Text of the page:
Lately while on design consultations I find myself talking about the total home, and the fact that the Kitchen is NOT just another room . And this has me thinking about the ways things were.
Whenever I look at older houses it’s always fun to peek behind a wall or two and discover the kitchen. Tucked behind the foyer, or adjacent to the dining room, kitchens historically have enjoyed spaces of their own.
Starting as cookhouses in separate quarters, kitchens were originally set apart from the homes of the south because of the open fire and the safety of keeping those fires away from the main house. Many a home had a totally separate staff to man ( or woman) the “Kitchen House.” It was not a space for anything but preparing food, and rarely did anyone besides the cook step inside.
Modern times brought the kitchen in, usually segregated to the rear of the house, purposely not visible from other “fancier” rooms like the dining room and living room.
In the 50’s and 60’s, during the gourmet cooking at home initiative, it was important for guests to not be able to see into the kitchen. What went on in there was a secret, a magical laboratory where delicious treats were prepared and then bought out from behind swinging doors for enjoyment. If the cook wore an apron, it was removed prior to exiting the kitchen because what went on in the kitchen stayed in the kitchen.
Fast forward to the 80’s and 90’s where kitchens opened up to include a Family Room, creating a total living area for gathering. Still, the kitchen was set apart , if only by a bank of upper cabinets and a high counter. On the set of Mad Men, Don Draper’s most modern NY apartment has an open floor plan with a sunken living room. Positioned at the rear of the room is the kitchen. Although it’s part of the room, it still has a designated doorway or entrance, and a 42” counter separating the spaces.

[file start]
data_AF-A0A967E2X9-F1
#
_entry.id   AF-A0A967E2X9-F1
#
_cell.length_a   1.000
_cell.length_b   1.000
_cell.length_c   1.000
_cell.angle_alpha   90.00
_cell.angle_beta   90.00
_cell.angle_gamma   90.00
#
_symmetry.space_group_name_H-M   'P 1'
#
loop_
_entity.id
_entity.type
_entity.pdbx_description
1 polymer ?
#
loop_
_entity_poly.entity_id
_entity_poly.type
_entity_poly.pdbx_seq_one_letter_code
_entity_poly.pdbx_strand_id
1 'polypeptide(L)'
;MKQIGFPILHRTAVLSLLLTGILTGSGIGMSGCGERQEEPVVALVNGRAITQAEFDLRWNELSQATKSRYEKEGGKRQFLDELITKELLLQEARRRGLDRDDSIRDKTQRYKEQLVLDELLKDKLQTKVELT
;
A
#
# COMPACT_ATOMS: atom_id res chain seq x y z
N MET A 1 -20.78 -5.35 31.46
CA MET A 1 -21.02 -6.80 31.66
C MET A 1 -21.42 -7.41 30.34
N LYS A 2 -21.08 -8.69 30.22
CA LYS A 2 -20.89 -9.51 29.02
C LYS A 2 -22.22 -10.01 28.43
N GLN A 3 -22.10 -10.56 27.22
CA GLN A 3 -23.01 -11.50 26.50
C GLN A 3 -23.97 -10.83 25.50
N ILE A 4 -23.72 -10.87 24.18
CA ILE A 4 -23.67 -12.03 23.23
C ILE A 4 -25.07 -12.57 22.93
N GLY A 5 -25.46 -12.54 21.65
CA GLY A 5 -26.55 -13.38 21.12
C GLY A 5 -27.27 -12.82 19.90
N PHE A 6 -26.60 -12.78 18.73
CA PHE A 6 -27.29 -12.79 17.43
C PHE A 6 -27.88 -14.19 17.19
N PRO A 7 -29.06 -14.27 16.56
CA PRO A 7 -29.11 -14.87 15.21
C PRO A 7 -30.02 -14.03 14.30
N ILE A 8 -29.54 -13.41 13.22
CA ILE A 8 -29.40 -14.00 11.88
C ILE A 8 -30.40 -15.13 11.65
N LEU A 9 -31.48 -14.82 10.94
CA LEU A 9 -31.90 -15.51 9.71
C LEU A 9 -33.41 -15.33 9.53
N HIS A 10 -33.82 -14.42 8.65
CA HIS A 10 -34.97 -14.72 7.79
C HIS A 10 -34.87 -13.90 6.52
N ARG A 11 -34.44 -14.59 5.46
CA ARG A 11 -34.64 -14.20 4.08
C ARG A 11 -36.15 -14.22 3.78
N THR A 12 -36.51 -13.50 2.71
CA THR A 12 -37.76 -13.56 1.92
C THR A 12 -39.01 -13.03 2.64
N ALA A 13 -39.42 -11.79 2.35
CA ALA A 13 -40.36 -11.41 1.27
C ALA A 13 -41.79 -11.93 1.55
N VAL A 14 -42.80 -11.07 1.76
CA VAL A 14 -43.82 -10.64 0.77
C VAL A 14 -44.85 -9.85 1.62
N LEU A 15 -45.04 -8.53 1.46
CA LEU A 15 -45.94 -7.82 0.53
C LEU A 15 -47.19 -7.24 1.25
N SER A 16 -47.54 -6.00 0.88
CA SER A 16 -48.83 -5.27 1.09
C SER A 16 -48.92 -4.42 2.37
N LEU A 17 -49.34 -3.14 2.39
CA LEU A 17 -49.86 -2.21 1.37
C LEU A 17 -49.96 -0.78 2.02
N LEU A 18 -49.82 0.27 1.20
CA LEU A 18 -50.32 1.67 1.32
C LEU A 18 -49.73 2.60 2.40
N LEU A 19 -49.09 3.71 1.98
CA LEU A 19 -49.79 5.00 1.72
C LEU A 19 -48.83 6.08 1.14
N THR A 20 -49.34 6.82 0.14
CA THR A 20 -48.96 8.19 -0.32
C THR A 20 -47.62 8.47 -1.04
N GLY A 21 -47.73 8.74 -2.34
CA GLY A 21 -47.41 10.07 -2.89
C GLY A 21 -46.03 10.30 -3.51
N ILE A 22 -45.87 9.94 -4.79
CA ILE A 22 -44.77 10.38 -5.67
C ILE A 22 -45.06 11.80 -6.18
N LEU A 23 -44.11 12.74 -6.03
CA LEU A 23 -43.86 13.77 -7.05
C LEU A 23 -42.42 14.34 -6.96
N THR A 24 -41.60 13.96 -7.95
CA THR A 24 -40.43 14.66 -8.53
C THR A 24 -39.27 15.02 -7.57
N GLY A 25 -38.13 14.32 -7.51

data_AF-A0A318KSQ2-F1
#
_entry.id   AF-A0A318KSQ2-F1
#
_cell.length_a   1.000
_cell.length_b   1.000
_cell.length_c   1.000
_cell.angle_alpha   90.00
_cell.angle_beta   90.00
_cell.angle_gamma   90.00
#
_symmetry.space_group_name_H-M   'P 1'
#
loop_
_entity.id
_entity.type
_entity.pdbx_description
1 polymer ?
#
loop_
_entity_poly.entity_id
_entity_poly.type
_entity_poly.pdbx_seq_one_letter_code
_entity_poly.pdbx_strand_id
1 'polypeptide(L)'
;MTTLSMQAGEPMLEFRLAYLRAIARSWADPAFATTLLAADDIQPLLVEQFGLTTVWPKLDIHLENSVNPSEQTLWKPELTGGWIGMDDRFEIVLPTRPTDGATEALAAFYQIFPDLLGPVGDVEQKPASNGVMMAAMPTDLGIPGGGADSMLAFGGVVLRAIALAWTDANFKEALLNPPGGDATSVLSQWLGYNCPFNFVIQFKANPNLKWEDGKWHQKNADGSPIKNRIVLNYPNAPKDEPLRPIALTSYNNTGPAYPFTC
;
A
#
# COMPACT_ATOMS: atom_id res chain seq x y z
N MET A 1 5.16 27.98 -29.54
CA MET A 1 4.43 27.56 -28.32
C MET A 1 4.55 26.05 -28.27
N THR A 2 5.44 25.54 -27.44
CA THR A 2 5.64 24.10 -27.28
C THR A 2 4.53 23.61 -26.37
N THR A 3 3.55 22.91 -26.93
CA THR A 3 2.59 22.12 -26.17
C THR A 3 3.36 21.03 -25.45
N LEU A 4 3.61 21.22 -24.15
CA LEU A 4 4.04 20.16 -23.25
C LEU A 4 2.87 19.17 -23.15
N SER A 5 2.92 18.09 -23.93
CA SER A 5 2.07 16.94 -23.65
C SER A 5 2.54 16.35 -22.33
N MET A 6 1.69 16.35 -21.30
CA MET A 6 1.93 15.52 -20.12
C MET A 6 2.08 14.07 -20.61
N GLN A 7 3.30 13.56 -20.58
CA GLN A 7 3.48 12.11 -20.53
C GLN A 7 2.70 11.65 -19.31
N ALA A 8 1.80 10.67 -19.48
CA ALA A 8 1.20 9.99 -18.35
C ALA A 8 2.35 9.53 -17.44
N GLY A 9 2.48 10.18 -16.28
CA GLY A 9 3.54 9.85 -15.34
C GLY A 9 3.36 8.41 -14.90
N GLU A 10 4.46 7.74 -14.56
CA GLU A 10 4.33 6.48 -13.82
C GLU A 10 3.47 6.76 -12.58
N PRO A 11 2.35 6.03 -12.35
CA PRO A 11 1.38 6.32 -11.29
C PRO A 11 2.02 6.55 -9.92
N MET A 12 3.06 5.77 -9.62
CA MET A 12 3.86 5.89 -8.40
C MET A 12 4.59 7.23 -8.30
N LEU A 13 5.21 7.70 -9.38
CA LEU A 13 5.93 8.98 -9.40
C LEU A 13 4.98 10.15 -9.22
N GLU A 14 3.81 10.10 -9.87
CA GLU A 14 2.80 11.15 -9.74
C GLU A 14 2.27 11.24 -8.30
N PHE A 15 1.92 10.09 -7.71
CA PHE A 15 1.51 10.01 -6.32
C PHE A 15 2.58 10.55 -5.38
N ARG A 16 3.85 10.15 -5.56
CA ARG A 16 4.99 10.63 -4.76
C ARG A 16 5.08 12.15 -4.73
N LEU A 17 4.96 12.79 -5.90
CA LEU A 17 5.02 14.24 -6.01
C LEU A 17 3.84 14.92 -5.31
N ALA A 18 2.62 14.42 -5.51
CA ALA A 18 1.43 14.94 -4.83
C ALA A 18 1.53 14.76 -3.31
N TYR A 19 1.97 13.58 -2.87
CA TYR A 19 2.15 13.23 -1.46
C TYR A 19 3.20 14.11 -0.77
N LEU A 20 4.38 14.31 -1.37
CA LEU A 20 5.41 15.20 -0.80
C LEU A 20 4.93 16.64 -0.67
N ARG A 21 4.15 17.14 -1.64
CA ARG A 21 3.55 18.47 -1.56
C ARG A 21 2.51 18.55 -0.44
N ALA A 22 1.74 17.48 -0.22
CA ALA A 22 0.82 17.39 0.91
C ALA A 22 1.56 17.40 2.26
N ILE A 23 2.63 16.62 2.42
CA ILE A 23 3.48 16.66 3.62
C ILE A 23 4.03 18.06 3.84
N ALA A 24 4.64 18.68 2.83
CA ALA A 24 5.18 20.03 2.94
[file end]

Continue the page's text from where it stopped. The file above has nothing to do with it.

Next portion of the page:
Step into now. Today’s kitchen is a part of the great room, or as I like to call it , the “Gathering Space.” Recent architectural directions are plans that include lofts, open floor plans and little or no definition of a room’s perimeter. For Kitchen and Bath designers , this creates new opportunities and challenges.
The good news is that kitchens now bleed into the total space, allowing for more storage and work space options- and the easy flow of integrated spaces encourages togetherness. This is conducive for sharing a TV or Netflix show, helping with homework, or just joining in because the activity is right under your nose. Continuing kitchen pantries can be integrated with a flat screen TV wall or bookshelf, and work centers are part of the kitchen island allowing for more storage, prep and work space.
The integrated kitchen features plug-in and connection areas. Having this communication hub right in the kitchen brings back the kitchen as the “HEARTH OF THE HOME.” In Little House on the Prairie, Pa and Ma and Laura and the family gathered every evening around a central hub, darning socks, reading books, doing schoolwork and oiling farm equipment. We mirror that in our modern kitchens except we are networking, reading the Kindle, doing advanced math homework, or playing video games.
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